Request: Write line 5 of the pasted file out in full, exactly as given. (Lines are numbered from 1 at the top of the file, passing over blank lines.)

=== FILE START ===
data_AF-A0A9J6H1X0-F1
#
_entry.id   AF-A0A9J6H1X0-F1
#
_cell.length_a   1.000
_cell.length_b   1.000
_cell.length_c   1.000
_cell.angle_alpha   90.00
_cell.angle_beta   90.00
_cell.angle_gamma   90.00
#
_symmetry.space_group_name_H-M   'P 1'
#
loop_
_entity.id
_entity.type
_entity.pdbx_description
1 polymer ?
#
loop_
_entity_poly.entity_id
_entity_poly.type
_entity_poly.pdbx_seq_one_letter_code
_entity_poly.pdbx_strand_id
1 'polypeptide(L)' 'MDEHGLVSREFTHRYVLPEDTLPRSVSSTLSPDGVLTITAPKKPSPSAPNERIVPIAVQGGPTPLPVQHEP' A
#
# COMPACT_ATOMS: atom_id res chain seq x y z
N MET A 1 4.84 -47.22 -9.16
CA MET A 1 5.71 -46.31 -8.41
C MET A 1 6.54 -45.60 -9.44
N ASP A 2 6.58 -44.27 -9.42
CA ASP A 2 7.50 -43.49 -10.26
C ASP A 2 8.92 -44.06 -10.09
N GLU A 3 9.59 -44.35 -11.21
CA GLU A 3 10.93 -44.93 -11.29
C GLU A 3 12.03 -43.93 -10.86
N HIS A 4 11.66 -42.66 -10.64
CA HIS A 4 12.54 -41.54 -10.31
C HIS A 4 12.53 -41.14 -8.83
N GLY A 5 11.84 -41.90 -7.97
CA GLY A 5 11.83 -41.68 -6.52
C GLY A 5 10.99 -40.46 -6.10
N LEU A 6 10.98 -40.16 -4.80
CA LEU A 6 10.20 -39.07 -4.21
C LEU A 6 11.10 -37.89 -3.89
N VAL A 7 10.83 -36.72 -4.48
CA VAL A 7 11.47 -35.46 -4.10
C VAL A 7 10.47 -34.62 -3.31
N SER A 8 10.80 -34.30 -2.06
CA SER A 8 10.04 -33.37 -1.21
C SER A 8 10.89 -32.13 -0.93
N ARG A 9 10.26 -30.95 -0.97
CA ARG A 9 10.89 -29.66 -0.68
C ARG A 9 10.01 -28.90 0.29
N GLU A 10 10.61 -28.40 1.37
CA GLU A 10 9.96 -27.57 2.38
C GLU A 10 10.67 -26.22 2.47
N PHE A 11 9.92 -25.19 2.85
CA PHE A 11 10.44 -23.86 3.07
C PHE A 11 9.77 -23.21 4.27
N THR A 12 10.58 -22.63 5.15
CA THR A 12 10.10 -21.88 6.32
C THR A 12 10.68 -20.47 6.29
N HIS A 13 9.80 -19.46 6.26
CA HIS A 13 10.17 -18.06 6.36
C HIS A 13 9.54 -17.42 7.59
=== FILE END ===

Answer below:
_cell.length_a   1.000